2. Analysis of the Methods

For the three methods, we first use the wave variable to carry a PDE in two independent variables

into an ODE

Equation (2.2) is then integrated as long as all terms contain derivatives where integration constants are considered zeros.

2.1. The Sine-Cosine Method

The sine-cosine algorithm admits the use of the ansätz

or the ansätz

where are parameters that will be determined.

2.2. The Tanh Method

The standard tanh method introduced in [2,3] where the tanh is used as a new variable, since all derivatives of a tanh are represented by a tanh itself. We use a new independent variable

that leads to the change of derivatives:

We then apply the following finite expansion:

and

where M is a positive integer that will be determined to derive a closed form analytic solution.

2.3. The Rational Sinh Functions Method

It is appropriate to introduce rational hyperbolic functions methods where we set

where and are parameters that will be determined, and

The rational hyperbolic functions methods can be applied directly in a straightforward manner. We then collect the coefficients of the resulting hyperbolic functions and setting it equal to zero, and solving the resulting equations to determine , , and . This assumption will be used for the determination of solitons structures the CH(n, 2n – 1, 2n, –n) equations.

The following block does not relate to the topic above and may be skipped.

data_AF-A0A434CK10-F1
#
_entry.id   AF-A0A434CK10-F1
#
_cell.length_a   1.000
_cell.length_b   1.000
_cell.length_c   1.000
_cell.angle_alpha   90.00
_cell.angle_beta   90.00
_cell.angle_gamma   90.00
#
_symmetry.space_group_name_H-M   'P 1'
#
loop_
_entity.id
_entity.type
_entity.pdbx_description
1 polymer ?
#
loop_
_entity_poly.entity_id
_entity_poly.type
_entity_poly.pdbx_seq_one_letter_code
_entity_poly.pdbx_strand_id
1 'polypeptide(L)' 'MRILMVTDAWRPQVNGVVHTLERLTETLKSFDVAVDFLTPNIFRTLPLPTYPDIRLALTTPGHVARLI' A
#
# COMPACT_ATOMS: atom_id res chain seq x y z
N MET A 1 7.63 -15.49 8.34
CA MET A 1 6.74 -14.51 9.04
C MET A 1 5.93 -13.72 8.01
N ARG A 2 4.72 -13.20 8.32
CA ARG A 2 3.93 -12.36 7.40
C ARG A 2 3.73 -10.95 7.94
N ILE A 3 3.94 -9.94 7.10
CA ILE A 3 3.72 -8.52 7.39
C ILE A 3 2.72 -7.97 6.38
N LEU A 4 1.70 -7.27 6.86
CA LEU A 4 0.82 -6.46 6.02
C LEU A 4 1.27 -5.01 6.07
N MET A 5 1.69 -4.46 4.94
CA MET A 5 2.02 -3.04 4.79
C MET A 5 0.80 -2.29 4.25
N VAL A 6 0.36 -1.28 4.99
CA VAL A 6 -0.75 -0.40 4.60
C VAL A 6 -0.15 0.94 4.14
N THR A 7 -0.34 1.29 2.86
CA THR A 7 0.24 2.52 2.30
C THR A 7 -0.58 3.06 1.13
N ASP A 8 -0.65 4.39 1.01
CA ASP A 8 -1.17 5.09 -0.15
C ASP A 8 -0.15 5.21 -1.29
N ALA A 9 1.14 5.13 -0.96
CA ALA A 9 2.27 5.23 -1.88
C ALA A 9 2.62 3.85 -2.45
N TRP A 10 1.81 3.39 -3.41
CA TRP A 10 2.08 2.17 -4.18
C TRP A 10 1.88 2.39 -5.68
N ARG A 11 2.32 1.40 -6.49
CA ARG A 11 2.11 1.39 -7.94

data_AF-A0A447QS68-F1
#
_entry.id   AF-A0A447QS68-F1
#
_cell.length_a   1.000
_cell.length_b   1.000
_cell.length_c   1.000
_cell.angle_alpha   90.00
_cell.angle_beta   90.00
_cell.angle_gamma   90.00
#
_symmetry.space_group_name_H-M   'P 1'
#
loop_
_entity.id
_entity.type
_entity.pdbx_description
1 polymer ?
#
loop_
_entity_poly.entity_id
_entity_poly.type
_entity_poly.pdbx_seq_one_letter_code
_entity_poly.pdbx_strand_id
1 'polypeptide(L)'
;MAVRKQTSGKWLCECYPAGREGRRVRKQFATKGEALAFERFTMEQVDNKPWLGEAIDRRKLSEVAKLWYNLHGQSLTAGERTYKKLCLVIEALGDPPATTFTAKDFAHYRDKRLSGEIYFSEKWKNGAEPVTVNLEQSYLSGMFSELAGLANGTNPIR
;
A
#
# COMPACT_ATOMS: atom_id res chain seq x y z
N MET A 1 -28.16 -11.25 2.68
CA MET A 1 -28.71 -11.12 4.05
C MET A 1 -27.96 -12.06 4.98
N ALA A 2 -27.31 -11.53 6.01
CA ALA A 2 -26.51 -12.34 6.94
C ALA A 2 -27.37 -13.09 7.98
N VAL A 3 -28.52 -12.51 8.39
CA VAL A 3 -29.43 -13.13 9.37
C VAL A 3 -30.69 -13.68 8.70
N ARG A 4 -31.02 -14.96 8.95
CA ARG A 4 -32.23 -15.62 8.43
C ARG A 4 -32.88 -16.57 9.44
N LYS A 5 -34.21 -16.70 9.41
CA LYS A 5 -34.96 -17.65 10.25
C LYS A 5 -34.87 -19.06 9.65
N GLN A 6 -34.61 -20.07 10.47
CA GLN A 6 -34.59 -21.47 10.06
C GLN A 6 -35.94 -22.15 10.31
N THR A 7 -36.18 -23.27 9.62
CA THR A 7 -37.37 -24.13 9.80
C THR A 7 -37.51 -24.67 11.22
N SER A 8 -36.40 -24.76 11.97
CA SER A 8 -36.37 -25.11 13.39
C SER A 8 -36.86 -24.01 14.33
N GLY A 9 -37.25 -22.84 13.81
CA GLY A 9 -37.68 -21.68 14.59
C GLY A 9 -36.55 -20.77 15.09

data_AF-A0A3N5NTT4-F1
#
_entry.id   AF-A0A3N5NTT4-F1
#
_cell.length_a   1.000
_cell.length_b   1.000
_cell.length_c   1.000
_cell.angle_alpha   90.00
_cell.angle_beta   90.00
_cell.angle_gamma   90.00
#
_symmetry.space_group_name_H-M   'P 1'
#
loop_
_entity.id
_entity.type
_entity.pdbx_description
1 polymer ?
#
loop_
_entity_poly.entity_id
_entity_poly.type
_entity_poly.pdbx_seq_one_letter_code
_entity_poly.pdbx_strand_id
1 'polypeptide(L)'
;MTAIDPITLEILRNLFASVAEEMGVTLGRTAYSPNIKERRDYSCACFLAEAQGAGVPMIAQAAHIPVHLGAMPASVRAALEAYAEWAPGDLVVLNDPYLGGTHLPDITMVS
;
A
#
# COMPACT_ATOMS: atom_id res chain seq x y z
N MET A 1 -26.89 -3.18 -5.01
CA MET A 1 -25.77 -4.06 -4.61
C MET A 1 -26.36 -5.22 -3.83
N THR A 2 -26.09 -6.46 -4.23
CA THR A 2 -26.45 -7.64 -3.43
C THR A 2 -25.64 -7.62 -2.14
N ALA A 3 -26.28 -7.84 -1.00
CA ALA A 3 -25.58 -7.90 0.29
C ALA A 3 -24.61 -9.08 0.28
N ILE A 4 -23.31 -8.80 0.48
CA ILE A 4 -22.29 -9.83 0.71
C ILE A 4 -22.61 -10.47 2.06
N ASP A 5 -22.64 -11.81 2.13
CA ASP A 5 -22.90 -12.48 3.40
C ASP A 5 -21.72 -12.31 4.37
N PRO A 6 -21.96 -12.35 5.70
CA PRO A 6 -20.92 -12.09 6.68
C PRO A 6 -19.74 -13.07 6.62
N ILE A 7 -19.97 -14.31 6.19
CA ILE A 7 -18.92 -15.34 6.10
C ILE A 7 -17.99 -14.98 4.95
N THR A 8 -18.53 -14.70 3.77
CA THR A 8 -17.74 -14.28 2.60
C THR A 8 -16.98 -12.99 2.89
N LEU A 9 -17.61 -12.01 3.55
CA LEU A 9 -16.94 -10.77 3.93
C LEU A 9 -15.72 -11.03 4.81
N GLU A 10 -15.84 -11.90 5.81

3. Using the Sine-Cosine Method

For the CH(n, 2n – 1, 2n, –n) equation given by (1.1), using the wave variable carries (1.1) into the ODE, respectively

where

Integrating (3.1) twice, respectively, using the constants of integration to be zero we find

Substituting (2.3) into (3.3) gives

Equation (3.4) is satisfied only if the following system of algebraic equations holds:

Solving the system (3.5) gives

The results (3.6) can be easily obtained if we also use the sine method (2.4). Combining (3.6) with (2.3) and (2.4), the following compactons solutions

and

However, for we obtain the following solitary wave solutions

and

4. Using the Extended Tanh Method

Using the assumptions of the tanh method (2.5)-(2.7) gives

To determine the parameter M we usually balance the linear terms of highest order in the resulting Equation (4.1) with the highest order nonlinear terms. This in turn gives

so that

To get a closed form analytic solution, the parameter should be an integer. A transformation formula

should be used to achieve our goal. This in turn transforms (3.6) to